There’s a new eye drop that can treat glaucoma while a person sleeps. It contains a chemical found in cannabis. The newly developed formula is a better alternative to today’s treatment which requires the patient to use it twice a day, and sometimes it is ineffective.
Glaucoma Causes Blindness
Glaucoma is the cause of pressure build-up in the optic nerve, damaging the cells and causing blindness.
The sight loss charity RNIB Scotland spokesperson said that any new discovery that brings an improvement on the treatment of glaucoma is great news, but people should make regular eye examinations to detect the early stages of the disease and keep it in check:
“Glaucoma damages the peripheral vision first and up to 40 percent of your sight may be lost before you notice a difference. An eye test is the only way to detect glaucoma in its early stages so it’s vital that everyone does attend for an eye check-up at least every two years.”
This discovery is also great for other eye disorders, like macular degeneration.
Why Aren’t Eye Drops Very Effective?
A biomedical engineer at British Columbia University in Canada, Professor Vikramaditya Yadav, said:
“Medicated eye drops are commonly used to treat glaucoma – but they’re often poorly absorbed. Less than 5 percent of the drug stays in the eye because most of the drops just roll off the eye. Even when the drug is absorbed it may fail to reach the back of the eye where it can start repairing damaged neurons and relieving the pressure that characterizes glaucoma.”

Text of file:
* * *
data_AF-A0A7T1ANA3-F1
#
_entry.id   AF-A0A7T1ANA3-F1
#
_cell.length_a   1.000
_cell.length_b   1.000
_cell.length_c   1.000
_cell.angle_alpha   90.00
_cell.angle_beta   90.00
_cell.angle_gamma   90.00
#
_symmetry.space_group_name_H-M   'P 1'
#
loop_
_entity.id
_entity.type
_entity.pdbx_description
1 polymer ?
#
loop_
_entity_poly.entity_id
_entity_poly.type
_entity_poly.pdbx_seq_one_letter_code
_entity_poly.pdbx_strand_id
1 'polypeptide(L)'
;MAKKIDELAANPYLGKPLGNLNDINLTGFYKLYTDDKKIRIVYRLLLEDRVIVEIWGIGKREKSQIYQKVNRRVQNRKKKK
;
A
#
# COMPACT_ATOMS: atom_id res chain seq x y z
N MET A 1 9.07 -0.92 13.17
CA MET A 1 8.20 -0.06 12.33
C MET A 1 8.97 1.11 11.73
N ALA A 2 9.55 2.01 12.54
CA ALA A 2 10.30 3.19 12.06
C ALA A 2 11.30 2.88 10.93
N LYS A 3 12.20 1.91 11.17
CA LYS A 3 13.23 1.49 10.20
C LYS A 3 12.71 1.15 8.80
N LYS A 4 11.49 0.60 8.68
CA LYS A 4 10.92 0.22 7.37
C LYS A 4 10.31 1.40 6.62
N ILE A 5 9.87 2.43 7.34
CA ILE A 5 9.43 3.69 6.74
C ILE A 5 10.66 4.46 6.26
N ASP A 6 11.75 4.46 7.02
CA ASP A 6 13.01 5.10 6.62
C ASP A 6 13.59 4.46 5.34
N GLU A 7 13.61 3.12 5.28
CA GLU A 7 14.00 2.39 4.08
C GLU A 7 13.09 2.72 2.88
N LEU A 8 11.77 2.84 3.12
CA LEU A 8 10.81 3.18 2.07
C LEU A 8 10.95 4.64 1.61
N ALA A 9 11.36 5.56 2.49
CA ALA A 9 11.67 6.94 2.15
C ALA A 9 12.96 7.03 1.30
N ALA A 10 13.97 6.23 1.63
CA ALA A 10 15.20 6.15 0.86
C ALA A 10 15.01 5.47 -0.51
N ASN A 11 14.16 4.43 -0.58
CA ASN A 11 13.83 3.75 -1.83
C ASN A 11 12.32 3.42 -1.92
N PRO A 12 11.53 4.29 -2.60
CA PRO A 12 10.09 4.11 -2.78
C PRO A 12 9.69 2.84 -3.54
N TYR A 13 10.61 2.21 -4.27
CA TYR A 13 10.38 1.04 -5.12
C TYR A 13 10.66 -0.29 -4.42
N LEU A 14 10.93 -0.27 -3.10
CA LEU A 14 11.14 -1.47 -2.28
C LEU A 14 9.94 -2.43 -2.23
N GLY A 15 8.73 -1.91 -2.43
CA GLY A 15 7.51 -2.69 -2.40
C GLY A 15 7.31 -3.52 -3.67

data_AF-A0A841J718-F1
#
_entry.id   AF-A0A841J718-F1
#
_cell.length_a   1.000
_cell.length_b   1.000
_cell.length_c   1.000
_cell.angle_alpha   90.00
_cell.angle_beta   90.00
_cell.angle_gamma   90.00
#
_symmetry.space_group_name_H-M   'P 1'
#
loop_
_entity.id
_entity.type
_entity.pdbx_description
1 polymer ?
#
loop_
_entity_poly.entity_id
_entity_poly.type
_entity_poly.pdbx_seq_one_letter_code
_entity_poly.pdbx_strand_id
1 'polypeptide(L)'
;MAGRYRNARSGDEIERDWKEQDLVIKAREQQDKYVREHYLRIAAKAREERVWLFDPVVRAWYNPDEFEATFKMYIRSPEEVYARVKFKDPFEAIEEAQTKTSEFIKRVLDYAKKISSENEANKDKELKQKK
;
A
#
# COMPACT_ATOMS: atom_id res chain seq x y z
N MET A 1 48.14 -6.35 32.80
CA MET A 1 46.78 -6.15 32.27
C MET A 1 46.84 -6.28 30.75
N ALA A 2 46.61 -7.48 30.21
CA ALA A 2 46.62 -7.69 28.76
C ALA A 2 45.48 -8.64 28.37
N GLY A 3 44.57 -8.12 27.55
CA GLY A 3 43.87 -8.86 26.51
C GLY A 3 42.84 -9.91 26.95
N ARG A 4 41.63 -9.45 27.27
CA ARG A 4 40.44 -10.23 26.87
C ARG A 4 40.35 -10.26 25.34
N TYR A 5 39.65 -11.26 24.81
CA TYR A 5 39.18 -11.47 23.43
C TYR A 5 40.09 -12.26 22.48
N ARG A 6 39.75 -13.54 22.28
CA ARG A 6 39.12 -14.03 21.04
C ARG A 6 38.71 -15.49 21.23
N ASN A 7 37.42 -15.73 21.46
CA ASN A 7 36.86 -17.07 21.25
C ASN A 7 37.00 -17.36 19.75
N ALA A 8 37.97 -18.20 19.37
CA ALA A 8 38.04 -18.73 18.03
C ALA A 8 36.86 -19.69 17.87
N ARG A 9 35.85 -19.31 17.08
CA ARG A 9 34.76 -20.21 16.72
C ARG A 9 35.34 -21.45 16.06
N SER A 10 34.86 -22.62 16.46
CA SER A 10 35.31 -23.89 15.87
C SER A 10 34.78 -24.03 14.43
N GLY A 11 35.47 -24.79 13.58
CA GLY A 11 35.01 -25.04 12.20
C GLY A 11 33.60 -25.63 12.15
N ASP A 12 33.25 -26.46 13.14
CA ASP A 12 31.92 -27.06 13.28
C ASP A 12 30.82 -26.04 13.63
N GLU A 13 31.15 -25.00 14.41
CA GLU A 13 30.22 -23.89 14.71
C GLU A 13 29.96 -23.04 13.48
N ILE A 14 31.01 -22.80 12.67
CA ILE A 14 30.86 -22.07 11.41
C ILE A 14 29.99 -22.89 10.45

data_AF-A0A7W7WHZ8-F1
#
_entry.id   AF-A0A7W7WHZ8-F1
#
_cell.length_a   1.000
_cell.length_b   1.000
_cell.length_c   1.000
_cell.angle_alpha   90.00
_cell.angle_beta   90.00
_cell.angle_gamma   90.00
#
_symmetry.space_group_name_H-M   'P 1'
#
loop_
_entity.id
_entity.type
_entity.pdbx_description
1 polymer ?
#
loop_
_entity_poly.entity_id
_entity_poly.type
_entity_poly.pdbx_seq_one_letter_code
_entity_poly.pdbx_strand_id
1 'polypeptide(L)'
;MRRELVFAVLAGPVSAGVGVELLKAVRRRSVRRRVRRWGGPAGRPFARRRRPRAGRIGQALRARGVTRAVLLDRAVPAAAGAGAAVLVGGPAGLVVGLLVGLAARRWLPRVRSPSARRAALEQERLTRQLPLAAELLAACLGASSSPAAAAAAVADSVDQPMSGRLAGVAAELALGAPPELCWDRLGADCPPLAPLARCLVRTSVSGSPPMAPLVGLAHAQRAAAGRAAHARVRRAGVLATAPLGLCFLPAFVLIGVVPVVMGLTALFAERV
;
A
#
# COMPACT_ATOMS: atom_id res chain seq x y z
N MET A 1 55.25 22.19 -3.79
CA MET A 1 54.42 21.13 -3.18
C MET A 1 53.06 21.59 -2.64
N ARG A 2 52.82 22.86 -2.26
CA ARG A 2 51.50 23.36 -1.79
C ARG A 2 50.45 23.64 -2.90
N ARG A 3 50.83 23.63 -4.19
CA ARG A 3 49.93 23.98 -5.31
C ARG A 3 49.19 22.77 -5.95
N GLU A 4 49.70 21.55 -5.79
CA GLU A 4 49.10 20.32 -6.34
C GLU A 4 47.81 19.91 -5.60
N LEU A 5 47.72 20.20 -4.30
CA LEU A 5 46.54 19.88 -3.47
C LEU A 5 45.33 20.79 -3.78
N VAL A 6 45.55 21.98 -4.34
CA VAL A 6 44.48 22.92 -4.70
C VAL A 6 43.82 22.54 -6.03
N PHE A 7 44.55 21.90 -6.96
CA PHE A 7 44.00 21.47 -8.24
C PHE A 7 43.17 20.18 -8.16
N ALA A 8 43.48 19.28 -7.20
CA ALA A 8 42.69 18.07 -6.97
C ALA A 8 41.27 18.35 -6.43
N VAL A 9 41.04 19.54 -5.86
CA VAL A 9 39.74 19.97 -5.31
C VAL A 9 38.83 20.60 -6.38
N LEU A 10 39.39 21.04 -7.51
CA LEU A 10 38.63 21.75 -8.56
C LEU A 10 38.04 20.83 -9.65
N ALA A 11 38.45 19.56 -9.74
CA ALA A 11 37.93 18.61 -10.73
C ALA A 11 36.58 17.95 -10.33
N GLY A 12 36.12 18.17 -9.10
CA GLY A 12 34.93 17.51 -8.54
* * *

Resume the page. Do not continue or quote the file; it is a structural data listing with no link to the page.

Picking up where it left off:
But the team that has developed these drops have made a hydrogel filled with nanoparticles of cannabigerolic acid (CBGA). These particles are found in marijuana plant and relieve symptoms of glaucoma.
After using the hydrogel on donated pig corneas that are similar to the corneas of humans, they saw that the gel was absorbed fast and that it got the back of the eye.
The team is now working to produce more molecules of cannabinoid by using genetically engineered microbes. Their gel is described in Drug Delivery & Translational Research journal. For more information, check Maryam Kabiri et al, ‘A stimulus-responsive, in situ-forming, nanoparticle-laden hydrogel for ocular drug delivery’.